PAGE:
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      CXCL14 Preferentially Synergizes With Homeostatic Chemokine Receptor Systems


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          Reflecting their importance in immunity, the activity of chemokines is regulated on several levels, including tissue and context-specific expression and availability of their cognate receptor on target cells. Chemokine synergism, affecting both chemokine and chemokine receptor function, has emerged as an additional control mechanism. We previously demonstrated that CXCL14 is a positive allosteric modulator of CXCR4 in its ability to synergize with CXCL12 in diverse cellular responses. Here, we have extended our study to additional homeostatic, as well as a selection of inflammatory chemokine systems. We report that CXCL14 strongly synergizes with low (sub-active) concentrations of CXCL13 and CCL19/CCL21 in in vitro chemotaxis with immune cells expressing the corresponding receptors CXCR5 and CCR7, respectively. CXCL14 by itself was inactive, not only on cells expressing CXCR5 or CCR7 but also on cells expressing any other known conventional or atypical chemokine receptor, as assessed by chemotaxis and/or β-arrestin recruitment assays. Furthermore, synergistic migration responses between CXCL14 and inflammatory chemokines CXCL10/CXCL11 and CCL5, targeting CXCR3 and CCR5, respectively, were marginal and occasional synergistic Ca 2+ flux responses were observed. CXCL14 bound to 300-19 cells and interfered with CCL19 binding to CCR7-expressing cells, suggesting that these cellular interactions contributed to the reported CXCL14-mediated synergistic activities. We propose a model whereby tissue-expressed CXCL14 contributes to cell localization under steady-state conditions at sites with prominent expression of homeostatic chemokines.

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          Chemokines and chemokine receptors: positioning cells for host defense and immunity.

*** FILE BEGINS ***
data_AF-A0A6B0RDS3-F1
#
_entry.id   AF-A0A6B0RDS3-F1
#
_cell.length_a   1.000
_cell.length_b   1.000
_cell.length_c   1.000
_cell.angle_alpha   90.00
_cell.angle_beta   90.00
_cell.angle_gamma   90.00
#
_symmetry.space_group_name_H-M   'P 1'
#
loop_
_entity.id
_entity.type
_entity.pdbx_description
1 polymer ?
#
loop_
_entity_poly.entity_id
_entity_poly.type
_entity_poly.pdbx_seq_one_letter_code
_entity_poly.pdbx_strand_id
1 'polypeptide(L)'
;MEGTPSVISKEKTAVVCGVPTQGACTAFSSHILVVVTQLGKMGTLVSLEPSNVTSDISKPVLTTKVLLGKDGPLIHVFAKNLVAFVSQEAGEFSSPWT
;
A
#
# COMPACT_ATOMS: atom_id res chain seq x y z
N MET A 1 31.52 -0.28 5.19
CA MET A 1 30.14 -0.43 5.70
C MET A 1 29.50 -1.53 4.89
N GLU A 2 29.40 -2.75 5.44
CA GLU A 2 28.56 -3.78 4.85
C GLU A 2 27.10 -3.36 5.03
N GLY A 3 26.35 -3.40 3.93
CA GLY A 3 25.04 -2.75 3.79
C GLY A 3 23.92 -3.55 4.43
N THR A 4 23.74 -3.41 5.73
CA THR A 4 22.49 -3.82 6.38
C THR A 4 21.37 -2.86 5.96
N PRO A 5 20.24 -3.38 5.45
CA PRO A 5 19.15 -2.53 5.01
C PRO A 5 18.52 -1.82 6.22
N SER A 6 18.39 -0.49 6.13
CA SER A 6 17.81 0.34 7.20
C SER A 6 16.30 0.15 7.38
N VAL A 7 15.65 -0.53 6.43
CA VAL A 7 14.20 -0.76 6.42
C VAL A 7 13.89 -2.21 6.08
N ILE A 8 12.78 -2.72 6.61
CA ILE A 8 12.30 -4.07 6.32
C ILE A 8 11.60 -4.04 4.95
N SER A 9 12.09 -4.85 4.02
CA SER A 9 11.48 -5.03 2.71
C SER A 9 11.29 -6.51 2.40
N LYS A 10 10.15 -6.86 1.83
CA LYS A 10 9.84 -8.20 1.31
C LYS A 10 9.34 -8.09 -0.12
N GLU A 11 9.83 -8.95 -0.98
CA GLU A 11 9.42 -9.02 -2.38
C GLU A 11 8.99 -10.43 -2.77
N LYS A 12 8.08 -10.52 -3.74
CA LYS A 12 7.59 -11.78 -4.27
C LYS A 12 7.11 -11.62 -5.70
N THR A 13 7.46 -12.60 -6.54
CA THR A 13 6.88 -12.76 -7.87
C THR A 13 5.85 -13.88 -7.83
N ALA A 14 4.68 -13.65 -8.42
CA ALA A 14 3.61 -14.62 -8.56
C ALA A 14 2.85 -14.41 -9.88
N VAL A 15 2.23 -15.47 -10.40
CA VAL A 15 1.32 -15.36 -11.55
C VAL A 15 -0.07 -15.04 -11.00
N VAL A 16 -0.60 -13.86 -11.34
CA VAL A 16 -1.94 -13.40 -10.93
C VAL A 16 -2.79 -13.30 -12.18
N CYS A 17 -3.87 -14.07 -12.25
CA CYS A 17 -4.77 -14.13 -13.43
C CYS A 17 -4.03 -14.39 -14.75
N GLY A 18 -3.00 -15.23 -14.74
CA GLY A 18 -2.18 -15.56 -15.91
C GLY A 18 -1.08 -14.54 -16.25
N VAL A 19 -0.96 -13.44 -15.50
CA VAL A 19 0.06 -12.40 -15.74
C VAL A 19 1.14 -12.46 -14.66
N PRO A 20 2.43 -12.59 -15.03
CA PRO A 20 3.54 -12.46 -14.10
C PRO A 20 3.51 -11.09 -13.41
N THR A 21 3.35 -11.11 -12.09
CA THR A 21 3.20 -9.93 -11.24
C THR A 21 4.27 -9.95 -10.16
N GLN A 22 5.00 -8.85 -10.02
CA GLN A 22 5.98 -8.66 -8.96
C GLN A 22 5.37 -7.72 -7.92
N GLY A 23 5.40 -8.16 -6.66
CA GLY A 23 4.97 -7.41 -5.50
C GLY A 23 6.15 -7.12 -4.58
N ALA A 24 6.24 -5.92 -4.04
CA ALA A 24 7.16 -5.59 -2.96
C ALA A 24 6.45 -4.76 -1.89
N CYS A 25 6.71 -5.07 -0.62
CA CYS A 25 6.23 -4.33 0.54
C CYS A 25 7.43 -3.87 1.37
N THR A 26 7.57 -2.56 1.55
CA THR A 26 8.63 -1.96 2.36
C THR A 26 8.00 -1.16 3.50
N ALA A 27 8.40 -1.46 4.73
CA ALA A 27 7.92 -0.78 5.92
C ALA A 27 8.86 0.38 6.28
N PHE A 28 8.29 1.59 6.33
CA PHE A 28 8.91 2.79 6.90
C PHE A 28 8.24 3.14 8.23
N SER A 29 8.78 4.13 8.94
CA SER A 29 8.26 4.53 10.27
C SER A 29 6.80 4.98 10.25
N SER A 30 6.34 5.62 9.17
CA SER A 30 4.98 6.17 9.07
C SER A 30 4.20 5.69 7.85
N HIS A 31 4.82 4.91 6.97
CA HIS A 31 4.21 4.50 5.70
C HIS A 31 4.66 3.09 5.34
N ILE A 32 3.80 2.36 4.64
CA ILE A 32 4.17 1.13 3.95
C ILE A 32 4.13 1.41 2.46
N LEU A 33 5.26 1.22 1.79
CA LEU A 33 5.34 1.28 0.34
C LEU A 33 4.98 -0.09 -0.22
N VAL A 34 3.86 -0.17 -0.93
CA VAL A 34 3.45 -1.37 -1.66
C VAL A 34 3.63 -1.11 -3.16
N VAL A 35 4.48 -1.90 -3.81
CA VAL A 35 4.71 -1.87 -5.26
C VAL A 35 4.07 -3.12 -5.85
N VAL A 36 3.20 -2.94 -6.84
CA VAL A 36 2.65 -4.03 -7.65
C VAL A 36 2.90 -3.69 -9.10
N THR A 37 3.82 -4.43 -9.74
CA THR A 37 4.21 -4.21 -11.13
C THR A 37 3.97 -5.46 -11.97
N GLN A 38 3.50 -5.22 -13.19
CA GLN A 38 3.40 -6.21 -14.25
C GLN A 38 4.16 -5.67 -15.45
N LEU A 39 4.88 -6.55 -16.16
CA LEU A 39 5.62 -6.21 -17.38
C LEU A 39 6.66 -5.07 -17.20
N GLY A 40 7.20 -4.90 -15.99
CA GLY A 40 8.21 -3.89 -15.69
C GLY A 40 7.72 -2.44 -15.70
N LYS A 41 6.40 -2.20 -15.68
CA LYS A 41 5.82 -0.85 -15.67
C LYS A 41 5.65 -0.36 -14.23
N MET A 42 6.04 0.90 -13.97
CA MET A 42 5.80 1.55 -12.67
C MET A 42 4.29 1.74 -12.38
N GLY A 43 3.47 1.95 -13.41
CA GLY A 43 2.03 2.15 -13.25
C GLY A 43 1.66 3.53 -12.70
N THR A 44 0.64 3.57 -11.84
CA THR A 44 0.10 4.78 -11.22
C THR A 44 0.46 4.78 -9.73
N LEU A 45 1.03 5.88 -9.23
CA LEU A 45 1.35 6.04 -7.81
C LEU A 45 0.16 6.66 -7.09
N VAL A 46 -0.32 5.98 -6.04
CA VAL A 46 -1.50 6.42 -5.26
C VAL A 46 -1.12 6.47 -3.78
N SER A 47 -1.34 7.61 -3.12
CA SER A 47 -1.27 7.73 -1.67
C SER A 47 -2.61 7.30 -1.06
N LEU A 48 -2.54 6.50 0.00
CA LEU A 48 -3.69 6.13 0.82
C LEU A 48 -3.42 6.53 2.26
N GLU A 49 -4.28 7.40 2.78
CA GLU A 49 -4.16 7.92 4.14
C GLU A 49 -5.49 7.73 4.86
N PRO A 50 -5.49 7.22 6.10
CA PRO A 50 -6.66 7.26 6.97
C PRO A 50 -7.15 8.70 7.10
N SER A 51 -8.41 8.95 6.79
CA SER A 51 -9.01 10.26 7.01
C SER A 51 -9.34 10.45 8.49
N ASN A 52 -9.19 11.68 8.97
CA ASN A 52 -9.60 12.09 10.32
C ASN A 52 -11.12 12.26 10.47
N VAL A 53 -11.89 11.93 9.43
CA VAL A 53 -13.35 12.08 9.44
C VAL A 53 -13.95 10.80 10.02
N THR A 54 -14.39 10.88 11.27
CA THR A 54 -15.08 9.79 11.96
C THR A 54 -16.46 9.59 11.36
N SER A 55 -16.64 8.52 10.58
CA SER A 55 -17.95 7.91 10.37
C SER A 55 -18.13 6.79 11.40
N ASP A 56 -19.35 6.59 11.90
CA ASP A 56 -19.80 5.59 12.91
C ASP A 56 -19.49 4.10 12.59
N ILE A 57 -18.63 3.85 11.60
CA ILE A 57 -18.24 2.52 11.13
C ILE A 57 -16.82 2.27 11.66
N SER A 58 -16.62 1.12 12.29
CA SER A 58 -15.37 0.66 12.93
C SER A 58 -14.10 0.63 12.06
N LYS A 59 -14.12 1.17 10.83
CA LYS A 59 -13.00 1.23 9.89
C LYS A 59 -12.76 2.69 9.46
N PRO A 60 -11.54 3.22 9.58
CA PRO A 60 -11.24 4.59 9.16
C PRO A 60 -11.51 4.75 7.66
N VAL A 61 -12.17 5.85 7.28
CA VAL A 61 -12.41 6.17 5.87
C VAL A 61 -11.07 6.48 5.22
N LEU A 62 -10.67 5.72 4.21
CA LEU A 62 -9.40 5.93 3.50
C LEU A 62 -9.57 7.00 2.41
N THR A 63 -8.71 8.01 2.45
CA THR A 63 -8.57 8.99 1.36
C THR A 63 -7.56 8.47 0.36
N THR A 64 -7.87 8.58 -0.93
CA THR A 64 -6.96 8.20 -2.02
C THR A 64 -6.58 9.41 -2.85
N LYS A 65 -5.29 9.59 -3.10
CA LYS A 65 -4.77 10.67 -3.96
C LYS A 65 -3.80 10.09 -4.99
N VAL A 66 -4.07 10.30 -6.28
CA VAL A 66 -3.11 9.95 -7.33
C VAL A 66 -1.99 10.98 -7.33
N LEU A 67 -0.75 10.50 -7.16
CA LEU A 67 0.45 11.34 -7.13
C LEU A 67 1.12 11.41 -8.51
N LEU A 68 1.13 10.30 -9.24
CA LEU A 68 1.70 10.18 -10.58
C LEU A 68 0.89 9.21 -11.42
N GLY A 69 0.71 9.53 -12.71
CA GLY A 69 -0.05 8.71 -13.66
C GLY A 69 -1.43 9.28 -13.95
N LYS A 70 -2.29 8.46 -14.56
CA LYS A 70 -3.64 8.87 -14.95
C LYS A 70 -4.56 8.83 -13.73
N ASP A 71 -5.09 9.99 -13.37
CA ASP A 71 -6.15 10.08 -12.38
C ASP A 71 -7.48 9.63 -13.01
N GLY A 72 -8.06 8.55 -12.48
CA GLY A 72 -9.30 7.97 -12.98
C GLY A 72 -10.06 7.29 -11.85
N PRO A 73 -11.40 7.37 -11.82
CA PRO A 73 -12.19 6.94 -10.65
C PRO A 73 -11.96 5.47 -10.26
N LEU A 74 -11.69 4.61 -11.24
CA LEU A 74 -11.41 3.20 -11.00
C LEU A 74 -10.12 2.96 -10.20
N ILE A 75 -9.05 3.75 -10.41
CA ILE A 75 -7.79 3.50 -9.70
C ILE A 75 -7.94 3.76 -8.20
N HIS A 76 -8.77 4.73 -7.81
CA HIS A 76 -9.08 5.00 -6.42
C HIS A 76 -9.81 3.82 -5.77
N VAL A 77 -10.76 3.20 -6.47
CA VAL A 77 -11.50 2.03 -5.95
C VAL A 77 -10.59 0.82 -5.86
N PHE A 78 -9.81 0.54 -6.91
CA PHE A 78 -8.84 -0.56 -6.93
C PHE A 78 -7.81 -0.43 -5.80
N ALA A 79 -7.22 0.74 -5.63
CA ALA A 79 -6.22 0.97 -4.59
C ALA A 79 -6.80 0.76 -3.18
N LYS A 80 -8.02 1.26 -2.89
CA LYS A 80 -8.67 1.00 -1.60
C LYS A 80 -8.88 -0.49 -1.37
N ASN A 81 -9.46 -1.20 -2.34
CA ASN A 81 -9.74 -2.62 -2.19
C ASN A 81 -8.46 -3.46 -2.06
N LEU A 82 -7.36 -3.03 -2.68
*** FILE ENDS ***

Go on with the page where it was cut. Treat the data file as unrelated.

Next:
Chemokines are chemotactic cytokines that control the migratory patterns and positioning of all immune cells. Although chemokines were initially appreciated as important mediators of acute inflammation, we now know that this complex system of approximately 50 endogenous chemokine ligands and 20 G protein-coupled seven-transmembrane signaling receptors is also critical for the generation of primary and secondary adaptive cellular and humoral immune responses. Recent studies demonstrate important roles for the chemokine system in the priming of naive T cells, in cell fate decisions such as effector and memory cell differentiation, and in regulatory T cell function. In this review, we focus on recent advances in understanding how the chemokine system orchestrates immune cell migration and positioning at the organismic level in homeostasis, in acute inflammation, and during the generation and regulation of adoptive primary and secondary immune responses in the lymphoid system and peripheral nonlymphoid tissue.
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            A new generation of Ca2+ indicators with greatly improved fluorescence properties.

            A new family of highly fluorescent indicators has been synthesized for biochemical studies of the physiological role of cytosolic free Ca2+. The compounds combine an 8-coordinate tetracarboxylate chelating site with stilbene chromophores. Incorporation of the ethylenic linkage of the stilbene into a heterocyclic ring enhances the quantum efficiency and photochemical stability of the fluorophore. Compared to their widely used predecessor, "quin2", the new dyes offer up to 30-fold brighter fluorescence, major changes in wavelength not just intensity upon Ca2+ binding, slightly lower affinities for Ca2+, slightly longer wavelengths of excitation, and considerably improved selectivity for Ca2+ over other divalent cations. These properties, particularly the wavelength sensitivity to Ca2+, should make these dyes the preferred fluorescent indicators for many intracellular applications, especially in single cells, adherent cell layers, or bulk tissues.
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              NanoLuc Complementation Reporter Optimized for Accurate Measurement of Protein Interactions in Cells.